The data is from the Louisiana Department of Education.
See the complete report cards for the individual schools here:
The data is from the Louisiana Department of Education.
See the complete report cards for the individual schools here:
Austin Meng is the son of Dave and June Meng. He has maintained a 4.0 GPA and scored a 35 on the ACT. A member of the two-time state championship RHS Swim Team, he has been inducted into the National Honor Society and serves as a Bearcat Mentor. Austin is the pianist for the Barnett Springs Baptist Church, is a fundraiser for Relay for Life and the Juvenile Diabetes Research Foundation, and has participated in Operation Christmas Shoebox and Nicaragua Feeding Stations. Recently named the Rotary Student of the Month, he has been named the State Literary rally overall winner in both Algebra II and Geometry and won state titles in both the 400 Free Relay and 200 Free Relay during the LHSAA Division II boys state swimming championships. Austin plans to study the sciences or engineering in college and is considering Louisiana Tech, Georgia Tech, and Stanford universities.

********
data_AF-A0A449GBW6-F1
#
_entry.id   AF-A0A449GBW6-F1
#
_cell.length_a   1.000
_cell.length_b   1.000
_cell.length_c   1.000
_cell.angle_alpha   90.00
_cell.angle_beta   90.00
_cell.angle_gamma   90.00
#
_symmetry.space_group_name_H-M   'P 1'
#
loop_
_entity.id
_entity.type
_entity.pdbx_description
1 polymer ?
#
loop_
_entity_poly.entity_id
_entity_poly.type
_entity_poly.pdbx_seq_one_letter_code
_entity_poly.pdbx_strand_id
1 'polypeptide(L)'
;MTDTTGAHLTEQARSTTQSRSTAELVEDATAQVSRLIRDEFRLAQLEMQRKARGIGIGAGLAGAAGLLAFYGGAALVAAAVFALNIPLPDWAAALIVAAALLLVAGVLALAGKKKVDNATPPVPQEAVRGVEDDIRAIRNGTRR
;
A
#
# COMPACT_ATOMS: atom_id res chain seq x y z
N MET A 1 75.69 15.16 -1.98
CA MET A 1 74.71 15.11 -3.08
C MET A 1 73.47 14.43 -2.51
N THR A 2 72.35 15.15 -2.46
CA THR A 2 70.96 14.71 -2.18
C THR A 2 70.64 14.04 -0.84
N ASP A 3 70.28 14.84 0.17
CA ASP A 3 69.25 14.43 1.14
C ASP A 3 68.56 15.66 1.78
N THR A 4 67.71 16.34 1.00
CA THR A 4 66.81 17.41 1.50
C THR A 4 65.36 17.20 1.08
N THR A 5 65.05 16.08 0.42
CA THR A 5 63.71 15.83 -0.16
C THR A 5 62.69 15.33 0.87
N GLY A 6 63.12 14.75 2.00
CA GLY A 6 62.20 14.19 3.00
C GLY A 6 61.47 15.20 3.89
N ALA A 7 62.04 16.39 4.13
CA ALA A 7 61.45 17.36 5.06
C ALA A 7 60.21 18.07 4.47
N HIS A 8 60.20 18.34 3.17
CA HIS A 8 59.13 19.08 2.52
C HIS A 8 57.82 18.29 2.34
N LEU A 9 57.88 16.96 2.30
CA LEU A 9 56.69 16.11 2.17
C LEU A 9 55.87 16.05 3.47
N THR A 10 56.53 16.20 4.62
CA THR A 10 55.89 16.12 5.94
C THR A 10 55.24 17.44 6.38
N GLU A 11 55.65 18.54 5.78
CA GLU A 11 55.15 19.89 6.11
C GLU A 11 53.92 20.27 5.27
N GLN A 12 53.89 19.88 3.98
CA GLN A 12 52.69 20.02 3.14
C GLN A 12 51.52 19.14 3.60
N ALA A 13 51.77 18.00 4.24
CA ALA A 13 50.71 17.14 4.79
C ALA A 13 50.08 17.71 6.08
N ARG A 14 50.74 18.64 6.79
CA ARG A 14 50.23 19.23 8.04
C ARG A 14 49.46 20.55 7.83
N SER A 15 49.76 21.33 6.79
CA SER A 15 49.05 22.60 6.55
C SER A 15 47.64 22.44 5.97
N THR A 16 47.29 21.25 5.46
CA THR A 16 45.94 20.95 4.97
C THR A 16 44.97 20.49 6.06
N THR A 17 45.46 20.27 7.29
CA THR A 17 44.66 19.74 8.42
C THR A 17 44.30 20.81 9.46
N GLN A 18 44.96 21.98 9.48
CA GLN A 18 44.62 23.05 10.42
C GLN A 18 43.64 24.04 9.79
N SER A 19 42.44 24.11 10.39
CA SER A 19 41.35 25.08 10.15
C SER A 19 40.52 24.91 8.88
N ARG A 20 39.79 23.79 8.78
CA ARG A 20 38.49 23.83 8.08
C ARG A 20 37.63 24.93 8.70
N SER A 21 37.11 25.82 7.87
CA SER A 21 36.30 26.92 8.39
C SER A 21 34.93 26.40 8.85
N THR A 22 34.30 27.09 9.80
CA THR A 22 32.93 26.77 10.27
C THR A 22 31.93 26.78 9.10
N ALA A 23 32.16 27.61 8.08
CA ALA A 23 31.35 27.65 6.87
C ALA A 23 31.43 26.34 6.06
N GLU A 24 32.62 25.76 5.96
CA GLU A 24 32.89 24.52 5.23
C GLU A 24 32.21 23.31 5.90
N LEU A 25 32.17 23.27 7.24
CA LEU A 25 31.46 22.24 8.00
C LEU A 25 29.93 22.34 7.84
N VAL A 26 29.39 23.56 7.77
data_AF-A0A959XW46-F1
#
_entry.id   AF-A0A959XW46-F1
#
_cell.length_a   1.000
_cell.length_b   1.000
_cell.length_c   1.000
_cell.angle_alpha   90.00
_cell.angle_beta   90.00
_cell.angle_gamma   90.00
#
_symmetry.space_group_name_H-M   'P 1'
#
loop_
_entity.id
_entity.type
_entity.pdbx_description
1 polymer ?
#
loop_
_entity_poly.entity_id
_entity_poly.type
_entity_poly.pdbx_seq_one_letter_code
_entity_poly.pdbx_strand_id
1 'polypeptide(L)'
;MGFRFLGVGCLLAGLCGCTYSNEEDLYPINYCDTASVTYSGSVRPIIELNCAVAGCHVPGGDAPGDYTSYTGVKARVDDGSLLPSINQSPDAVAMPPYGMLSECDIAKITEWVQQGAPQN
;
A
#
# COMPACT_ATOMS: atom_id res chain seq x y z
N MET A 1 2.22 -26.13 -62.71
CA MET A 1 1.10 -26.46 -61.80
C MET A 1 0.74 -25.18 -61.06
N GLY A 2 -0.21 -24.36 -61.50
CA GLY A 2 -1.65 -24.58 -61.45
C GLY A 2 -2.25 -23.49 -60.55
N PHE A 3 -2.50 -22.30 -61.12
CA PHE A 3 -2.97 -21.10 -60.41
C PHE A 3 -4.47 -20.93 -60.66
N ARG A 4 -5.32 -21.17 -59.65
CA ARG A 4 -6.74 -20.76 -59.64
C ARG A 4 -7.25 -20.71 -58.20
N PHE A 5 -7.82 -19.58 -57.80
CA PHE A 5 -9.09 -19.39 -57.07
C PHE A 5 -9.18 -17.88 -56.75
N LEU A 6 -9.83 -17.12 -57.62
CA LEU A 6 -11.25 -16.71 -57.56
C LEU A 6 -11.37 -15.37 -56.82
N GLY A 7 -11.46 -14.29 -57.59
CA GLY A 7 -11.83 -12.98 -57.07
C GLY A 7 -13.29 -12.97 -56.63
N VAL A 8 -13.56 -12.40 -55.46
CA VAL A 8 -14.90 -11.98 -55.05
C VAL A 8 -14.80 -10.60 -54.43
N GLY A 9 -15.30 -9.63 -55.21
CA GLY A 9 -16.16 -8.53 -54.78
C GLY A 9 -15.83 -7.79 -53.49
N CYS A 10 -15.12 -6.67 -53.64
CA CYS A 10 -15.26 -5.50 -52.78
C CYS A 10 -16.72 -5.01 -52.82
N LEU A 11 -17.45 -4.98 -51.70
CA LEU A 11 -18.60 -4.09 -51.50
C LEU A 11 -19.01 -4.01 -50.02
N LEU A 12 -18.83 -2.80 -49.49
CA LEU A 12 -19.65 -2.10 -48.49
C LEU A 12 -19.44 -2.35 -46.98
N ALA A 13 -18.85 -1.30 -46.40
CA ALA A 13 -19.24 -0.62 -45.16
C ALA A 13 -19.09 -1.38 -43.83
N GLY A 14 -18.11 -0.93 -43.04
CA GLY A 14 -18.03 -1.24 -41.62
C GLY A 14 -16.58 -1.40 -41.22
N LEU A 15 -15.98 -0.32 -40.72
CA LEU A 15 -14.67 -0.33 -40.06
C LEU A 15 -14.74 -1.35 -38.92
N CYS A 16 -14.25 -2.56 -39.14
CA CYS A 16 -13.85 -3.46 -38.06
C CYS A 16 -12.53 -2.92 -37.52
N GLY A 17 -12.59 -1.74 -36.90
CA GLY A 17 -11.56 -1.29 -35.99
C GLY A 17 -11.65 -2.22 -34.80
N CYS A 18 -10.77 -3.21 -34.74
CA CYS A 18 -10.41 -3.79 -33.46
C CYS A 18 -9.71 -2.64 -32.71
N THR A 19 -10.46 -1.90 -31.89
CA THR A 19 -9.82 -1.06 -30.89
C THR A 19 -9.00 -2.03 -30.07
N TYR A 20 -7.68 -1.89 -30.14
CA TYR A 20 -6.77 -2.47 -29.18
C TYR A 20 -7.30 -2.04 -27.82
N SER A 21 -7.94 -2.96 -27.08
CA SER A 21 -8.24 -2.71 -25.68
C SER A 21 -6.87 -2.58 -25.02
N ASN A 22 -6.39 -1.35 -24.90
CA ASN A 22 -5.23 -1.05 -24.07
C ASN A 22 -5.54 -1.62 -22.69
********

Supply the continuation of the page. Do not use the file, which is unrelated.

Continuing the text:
Nicholas Ruff is the son of Michael and Sonya Ruff. He has earned a 4.0 GPA as well and scored a 32 on his ACT. Inducted into the National Honor Society, he is a four-year member of both the reigning state championship RHS swim team and the Bearcat Band where he currently serves as Band Staff Manager. A member of First Baptist Church in Ruston and its Youth Group, Nicholas also serves at Rolling Hills and is a volunteer swim coach. The proud recipient of two consecutive LHSAA Division II Boys state swimming championship rings, he is a nominee and participant in Louisiana Boys State and has also been named Rotary Student of the Month for this year. Although undecided on a college a major, Nicholas is considering engineering at Louisiana Tech, Louisiana State, or Texas A&M universities.